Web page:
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      > Mark Ellis
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      > (703) 376-4150
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      > Mar 31, 2011 08:20:23 AM, scouter_t@yahoogroups.com wrote:
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      > I know the topic of who's trained and who's not has been around a little while, and the records can be completely messed up. When I was training chair 6 years ago and got my first training report, only 5 people were considered trained, and I and others, one of whom was on PTC staff, were not on the list. We conducted a training survey to fix the matter.
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      > Some things I was advised to do by my DE at the time were the following.
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      > 1) Have trainers also register at courses they are teaching, so they get credit for the class, and the SCOUTNET algorithm will list them as trained. So every time I do a course, I and staff are also listed as students
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      > 2)If an older code does not allow a person to be considered trained, use the new code, but with the original date, and note the original course name on the report I turned in to the registrar.
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      > 3) If training knots were awarded, made sure they were listed on the SCOUTNET report. At one time the various Training Awards had codes attached to them. I do not see any of them on the current list of codes on SCOUTING.ORG that way if there are any problems, by stating the award was earned on XYZ date, you know training has been completed.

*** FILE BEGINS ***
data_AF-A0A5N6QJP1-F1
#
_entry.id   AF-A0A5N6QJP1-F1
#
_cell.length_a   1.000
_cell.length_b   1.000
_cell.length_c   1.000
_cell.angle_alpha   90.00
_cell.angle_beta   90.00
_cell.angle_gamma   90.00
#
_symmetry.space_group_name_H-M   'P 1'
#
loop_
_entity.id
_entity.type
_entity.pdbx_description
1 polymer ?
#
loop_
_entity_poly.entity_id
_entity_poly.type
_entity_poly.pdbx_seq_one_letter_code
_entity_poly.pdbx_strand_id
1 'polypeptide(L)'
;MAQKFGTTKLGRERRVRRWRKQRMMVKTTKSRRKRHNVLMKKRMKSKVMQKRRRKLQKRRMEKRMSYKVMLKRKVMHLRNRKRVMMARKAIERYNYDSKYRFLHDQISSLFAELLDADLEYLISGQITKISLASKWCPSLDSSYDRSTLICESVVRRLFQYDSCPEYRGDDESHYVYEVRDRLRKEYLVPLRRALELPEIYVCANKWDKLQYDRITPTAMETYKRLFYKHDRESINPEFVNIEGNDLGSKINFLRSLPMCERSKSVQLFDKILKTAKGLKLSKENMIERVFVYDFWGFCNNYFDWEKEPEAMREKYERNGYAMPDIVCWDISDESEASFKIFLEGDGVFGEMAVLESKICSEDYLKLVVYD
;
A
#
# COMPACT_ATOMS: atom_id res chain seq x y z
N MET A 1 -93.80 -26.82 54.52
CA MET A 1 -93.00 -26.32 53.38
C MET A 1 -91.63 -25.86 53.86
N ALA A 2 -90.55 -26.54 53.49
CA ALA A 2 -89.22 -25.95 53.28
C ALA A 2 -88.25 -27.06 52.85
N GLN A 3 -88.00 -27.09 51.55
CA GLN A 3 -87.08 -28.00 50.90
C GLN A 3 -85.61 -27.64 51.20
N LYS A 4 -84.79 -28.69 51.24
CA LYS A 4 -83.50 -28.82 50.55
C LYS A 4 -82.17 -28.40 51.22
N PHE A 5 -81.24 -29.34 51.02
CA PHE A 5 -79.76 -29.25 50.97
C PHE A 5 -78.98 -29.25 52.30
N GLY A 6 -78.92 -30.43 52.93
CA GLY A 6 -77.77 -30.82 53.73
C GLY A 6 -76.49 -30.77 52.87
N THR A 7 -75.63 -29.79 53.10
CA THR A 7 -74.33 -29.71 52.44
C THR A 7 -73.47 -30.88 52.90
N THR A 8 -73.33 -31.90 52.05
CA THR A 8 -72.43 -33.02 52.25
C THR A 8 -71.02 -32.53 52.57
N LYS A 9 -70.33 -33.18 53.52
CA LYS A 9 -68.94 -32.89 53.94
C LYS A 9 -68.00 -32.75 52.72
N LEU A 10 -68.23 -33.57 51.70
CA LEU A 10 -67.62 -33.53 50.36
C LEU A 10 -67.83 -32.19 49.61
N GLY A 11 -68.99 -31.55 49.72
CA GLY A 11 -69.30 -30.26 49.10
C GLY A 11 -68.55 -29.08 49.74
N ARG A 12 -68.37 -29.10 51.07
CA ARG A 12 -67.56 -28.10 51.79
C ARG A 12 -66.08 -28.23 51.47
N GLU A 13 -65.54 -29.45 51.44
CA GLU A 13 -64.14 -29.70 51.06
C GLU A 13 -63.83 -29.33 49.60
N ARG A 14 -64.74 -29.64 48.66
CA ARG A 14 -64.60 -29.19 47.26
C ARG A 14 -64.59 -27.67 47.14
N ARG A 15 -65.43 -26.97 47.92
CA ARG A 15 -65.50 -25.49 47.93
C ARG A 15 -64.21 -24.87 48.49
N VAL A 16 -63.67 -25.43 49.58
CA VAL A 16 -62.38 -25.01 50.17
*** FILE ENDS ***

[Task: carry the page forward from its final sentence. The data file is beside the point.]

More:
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      > 4) Probably preaching to the choir on this one, but make sure you tell your staff that they keep copies of their records. I moved into 5 councils in a 7 year period, and although SCOUTNET is suppose to make your records transferable, that didn't happen.
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      > 5) Finally, make sure your pro's get on those training reports and they get cards for any training they attend or teach. I know some councils do not do that, and when they become volunteers again, it really messes up their records.
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    • Scouter Chuck
      ... The old name for a Charter Rep (COR) was IR -- Institutional Rep. My father was one when I was a Scout, and he took training for the position at the
      Message 43 of 43 , Apr 4, 2011
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        Michael Crothers wrote:

        > When did BSA start Charter Rep training?

        The old name for a Charter Rep (COR) was "IR" -- Institutional Rep.
        My father was one when I was a Scout, and he took training for
        the position at the time. This was in the late 50's or early 60's.

        I have a lot of his old training material from that time. While
        it's amazing how much has changed in the program, it's also amazing
        how much really hasn't changed -- that untrained leaders are _still_
        doing _WRONG_.

        YiS,

        Chuck Bramlet -- Phoenix, Az. ----- mailto:antelope95@...
        I "used to be" an Antelope! -- WEM-10-95
        Thunderbird District -- Grand Canyon Council
        District Committee Member at Large
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        "The main thing is to keep the main thing the main thing"